Pressure mounts to review public sector pay cap

3 Jul 17

Increased pressure is being put on the government to lift the 1% public sector pay cap, as senior Conservatives suggest it should be reviewed.

Environment secretary Michael Gove hinted on the BBC’s Andrew Marr Show yesterday the cap could be lifted saying the “integrity” of the pay review process should be respected.

Independent review bodies advise ministers on public sector pay rises. 

The Sun newspaper reported on Friday that Theresa May’s chief of staff Gavin Barwell told a group of Conservative MPs the government would inform pay review bodies they can recommend an uplift of more than 1%.

The group of Conservative MPs – including former party chair Grant Shapps – had marched on Downing Street to protest against the cap, which is blamed for staff shortages in the public sector including from people quitting their jobs

It has been widely reported today that foreign secretary Boris Johnson has gone further than his cabinet colleague Gove, with a Whitehall source quoted saying Johnson “strongly” believes pay rises for the public sector could be achieve in a “responsible way”.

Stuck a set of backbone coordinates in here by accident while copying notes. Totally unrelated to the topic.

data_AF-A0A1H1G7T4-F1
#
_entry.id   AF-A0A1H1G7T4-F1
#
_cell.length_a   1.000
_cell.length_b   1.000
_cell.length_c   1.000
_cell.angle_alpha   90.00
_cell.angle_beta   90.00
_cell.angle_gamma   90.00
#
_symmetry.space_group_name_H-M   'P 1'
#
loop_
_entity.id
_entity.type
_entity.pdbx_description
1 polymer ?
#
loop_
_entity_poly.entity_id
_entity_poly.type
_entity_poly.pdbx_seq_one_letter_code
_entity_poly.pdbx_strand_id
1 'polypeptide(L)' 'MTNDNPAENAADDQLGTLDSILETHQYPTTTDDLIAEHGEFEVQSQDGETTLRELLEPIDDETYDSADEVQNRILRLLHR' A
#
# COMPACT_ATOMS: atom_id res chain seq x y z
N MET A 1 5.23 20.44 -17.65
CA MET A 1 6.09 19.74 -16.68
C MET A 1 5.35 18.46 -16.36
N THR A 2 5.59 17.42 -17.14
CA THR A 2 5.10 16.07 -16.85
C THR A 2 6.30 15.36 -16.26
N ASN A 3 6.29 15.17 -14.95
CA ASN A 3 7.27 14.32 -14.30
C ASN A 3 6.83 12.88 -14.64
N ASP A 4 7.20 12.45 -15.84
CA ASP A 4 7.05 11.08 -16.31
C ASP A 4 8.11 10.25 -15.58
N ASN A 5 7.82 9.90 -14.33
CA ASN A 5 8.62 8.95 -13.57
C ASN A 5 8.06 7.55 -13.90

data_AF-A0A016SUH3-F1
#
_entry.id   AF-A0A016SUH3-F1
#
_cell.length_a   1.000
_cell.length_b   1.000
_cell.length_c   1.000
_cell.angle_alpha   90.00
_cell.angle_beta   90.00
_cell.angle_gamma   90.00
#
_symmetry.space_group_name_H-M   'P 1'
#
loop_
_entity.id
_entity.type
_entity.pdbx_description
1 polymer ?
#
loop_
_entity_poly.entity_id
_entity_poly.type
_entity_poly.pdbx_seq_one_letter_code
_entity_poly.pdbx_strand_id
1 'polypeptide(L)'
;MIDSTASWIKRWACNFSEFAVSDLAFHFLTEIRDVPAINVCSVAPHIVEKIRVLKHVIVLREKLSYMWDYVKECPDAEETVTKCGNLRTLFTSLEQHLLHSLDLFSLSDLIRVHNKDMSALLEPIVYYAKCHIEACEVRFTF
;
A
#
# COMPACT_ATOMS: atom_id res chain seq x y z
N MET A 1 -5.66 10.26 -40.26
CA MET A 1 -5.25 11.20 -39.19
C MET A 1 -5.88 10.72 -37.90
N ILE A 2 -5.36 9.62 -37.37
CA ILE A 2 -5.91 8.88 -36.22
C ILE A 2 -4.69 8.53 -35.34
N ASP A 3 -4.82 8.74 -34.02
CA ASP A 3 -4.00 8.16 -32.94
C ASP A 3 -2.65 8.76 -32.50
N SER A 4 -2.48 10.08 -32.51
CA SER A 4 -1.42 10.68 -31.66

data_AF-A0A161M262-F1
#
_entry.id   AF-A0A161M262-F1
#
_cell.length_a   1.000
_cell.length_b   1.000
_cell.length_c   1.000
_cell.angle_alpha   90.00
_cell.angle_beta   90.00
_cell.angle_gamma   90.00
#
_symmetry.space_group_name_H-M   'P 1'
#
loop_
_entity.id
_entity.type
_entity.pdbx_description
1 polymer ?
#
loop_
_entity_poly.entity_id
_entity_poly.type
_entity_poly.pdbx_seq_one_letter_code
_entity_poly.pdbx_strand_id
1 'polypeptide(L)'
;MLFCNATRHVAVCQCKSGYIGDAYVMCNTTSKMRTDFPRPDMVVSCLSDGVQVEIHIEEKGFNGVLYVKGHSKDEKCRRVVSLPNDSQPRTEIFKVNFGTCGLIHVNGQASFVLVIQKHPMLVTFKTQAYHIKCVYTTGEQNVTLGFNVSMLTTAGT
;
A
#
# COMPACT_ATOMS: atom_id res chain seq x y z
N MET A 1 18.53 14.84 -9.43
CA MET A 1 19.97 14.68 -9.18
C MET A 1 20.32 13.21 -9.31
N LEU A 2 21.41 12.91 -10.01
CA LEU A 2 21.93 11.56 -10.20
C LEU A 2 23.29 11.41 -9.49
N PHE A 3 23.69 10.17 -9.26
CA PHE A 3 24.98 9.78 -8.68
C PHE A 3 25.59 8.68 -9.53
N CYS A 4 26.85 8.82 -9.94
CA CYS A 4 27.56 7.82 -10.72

Scotland’s finance secretary Derek Mackay last week pledged Scotland would end the 1% pay cap on the public sector.

“The first minister has made it clear that it will not be assumed that the 1% pay cap will be maintained next year or in future years,” he told the Scottish Parliament.

Education secretary Justice Greening has said she would like to see the pay cap ‘relaxed’ and health secretary Jeremy Hunt recently told an NHS Confederation conference last month he would be talking to Treasury about his concerns over the pay cap.

Labour’s shadow health secretary Jonathan Ashworth said on the BBC 1 yesterday the Conservative Party were in “turmoil” over the pay cap.

"We're saying to the pay review bodies: ‘Get rid of the 1% cap and give a fair pay rise,’” Ashworth said.

Labour’s proposed amendment to the Queen’s Speech to end the 1% public sector pay cap was voted down in the House of Commons last week.

Norman Lamont, Conservative chancellor of the exchequer is the early 1990s, told BBC Radio 4’s Today programme today he understood the necessity of reviewing the pay cap where there was “an issue of recruitment”.

But he added he “objected” to the pressure that was being put on the government to “abandon restraint on public expenditure”.

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